I want to tell you that this grief, this new, heart wrenching feeling of despondently overwhelming grief is ok. I want you to feel it for as long as you need to. I don’t want you to think about it getting easier. I want you to accept this new hard, desperate, despairing grief. Don’t be afraid of it. It’s ok to be ugly and angry and hateful and broken. Its ok to be sad and sorrowful and heartsick. But please don’t expect that you won’t smile. Please don’t expect that you won’t feel any nice feelings at all. Because you will; maybe your friend will bring you cake and make you laugh, or maybe you will smile at something on TV, and that’s ok. It’s ok to slip into normalcy, even when the world is upside down.
Please, new baby loss mumma, don’t rush to be “ok”. Don’t rush to be healed or “get back to normal”. Because, being ok, feeling normal, and worst of all, feeling happy will bring with it a whole new grief. The grief that now when you feel those things, you will feel guilty for feeling them. You will catch yourself smiling and then wonder what kind of mother you could be to smiling after your baby died. You will wonder how you could have the right to ever be happy again. You will worry that if people see those happy moments they will start to expect you to be happy all the time, and don’t they know you are still grieving? Then you will feel defensive of your grief, you want to be entitled to sadness, no matter how long it has been, or how many happy moments, hours or days you’ve had. You will want people to know that you are still vulnerable and hurting, and they should still be careful and kind to you, you will want them to understand that grief never fully goes away. You will grieve for the old you, who didn’t feel guilty over being happy. You will grieve for how much of yourself you have lost, and wonder why grief has so many ripples. You will be angry for your loss of innocence, you will grieve because for the rest of your life, you will know grief. Because you won’t ever stop loving and missing your baby. You will grieve about grieving. You will despair at your own agony and feel helpless and changed and anguished. You will be perplexed by the complexity of grief, for its stages that are not like they say in the textbook, for its ability to reappear unexpectedly, and for your new triggers. You will grieve for the person you used to be before you knew true heartbreak. You will hate grieving and be angry with it, and frustrated that it won’t just GO AWAY. You will be sick of grieving. You will have had enough and still not be done. And I am so sorry. I am so sorry you have to go through all this. I am so sorry your baby died.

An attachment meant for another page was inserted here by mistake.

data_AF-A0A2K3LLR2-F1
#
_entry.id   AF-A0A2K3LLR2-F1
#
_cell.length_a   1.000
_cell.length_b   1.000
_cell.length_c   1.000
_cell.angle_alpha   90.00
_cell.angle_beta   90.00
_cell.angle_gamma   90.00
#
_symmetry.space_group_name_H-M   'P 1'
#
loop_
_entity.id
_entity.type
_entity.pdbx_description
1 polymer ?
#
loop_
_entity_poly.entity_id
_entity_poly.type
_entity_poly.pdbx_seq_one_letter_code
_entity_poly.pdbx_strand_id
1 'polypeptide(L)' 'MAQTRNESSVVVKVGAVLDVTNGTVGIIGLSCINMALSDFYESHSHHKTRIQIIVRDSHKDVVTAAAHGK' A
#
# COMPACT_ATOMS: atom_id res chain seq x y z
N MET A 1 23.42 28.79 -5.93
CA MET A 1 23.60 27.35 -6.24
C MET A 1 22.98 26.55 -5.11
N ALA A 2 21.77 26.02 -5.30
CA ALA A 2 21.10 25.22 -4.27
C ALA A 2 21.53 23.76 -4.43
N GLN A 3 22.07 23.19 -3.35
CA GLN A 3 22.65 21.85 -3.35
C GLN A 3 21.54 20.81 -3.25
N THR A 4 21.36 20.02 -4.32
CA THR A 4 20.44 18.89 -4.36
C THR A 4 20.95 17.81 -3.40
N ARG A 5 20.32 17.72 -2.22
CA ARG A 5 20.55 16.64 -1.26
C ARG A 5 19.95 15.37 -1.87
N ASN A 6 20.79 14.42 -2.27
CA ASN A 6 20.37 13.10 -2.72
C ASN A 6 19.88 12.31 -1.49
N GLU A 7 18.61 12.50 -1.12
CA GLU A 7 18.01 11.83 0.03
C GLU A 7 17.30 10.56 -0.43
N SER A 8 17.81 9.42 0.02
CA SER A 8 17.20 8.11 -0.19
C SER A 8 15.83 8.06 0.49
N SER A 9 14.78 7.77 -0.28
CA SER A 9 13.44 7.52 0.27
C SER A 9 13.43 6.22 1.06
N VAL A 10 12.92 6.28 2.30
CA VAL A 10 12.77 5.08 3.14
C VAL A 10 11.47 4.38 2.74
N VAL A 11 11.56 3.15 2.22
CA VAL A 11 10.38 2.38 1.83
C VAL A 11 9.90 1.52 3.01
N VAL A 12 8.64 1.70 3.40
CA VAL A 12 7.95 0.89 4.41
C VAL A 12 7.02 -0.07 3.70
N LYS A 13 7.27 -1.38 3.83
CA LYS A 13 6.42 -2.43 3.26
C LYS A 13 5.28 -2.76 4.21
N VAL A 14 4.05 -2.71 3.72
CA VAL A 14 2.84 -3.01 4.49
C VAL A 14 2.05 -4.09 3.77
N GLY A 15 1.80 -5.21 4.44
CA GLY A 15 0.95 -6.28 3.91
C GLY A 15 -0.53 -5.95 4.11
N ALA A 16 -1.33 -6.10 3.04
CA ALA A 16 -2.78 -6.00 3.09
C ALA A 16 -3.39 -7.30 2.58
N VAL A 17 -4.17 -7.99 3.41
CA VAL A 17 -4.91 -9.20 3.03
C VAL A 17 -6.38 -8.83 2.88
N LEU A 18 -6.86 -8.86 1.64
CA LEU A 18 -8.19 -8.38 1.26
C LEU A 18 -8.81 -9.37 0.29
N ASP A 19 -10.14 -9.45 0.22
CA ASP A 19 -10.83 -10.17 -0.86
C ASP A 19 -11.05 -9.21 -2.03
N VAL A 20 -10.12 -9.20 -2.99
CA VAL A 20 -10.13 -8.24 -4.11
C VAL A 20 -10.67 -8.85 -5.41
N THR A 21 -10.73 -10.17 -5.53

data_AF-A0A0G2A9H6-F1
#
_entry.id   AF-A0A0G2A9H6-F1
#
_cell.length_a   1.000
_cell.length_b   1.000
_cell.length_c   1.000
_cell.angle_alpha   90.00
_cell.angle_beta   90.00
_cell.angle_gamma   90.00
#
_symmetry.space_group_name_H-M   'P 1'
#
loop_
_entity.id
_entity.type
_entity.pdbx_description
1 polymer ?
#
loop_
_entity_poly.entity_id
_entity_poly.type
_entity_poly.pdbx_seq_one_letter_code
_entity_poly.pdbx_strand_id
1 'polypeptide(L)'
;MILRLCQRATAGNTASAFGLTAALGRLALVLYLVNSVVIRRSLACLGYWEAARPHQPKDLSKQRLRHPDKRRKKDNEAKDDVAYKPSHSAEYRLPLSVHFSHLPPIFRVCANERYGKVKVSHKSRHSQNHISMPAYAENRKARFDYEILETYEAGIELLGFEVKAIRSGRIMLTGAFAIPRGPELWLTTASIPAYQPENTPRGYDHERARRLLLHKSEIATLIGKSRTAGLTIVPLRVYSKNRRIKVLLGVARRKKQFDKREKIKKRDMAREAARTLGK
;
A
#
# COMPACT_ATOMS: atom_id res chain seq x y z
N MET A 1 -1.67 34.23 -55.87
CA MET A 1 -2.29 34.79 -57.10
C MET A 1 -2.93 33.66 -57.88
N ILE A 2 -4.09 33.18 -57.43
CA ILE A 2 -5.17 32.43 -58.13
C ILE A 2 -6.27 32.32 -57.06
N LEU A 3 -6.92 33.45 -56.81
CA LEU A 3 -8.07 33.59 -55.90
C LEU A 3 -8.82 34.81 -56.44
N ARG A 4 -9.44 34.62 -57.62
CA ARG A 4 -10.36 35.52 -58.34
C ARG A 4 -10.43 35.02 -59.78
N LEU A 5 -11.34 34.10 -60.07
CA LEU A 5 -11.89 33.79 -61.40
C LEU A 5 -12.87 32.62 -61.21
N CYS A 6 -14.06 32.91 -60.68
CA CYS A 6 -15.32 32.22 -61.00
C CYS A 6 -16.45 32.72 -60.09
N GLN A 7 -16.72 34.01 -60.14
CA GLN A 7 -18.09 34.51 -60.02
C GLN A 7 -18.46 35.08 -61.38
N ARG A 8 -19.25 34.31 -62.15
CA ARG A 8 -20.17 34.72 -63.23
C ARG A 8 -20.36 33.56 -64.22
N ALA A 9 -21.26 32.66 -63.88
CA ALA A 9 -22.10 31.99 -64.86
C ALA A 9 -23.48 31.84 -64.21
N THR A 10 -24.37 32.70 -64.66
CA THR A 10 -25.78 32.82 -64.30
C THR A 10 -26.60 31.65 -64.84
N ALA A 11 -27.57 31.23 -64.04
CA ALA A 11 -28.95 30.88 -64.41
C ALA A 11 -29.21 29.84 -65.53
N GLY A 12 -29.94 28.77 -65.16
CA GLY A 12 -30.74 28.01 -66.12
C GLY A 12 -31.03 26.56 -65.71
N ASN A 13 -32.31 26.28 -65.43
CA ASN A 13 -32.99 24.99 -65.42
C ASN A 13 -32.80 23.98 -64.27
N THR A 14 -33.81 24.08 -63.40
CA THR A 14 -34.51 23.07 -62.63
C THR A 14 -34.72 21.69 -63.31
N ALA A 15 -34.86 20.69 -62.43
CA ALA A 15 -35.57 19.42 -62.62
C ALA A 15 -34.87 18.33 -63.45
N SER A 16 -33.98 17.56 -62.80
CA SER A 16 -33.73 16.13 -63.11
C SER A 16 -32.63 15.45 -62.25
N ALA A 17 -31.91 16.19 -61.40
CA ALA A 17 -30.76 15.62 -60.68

All I have for you right now is the reassurance that, I know. I know that right now you feel as though you are standing at the end of the earth, staring into nothing, sinking, drowning, suffocating. I know that where you are there is no light. I know that the emptiness is so vast, it’s more than you. I know that you are bargaining, everything and everyone you could, to get your baby back. I know that you are screaming without words. I know that you are pleading, with every god, fate, and karma, to give you your child. I know your despair. I know your hate, and your anger, I know your sadness and your desperation. I know that now everything is divided into “before” and “after”. I know that time is standing still and moving too fast all at once. I know that time is moving you further away from your baby but not healing at all. I know how much it hurts. I do. And I am so sorry your baby died.
And as hard as it is being on the other side of your grief, and wanting so desperately to help you, I know there’s nothing I can say to change how you feel, and nothing I can give to make it better. So this is all I have. Please know that I know. I really truly understand. And I am so sorry. I am so sorry your baby died.
Babyloss Mumma, 21.5 months.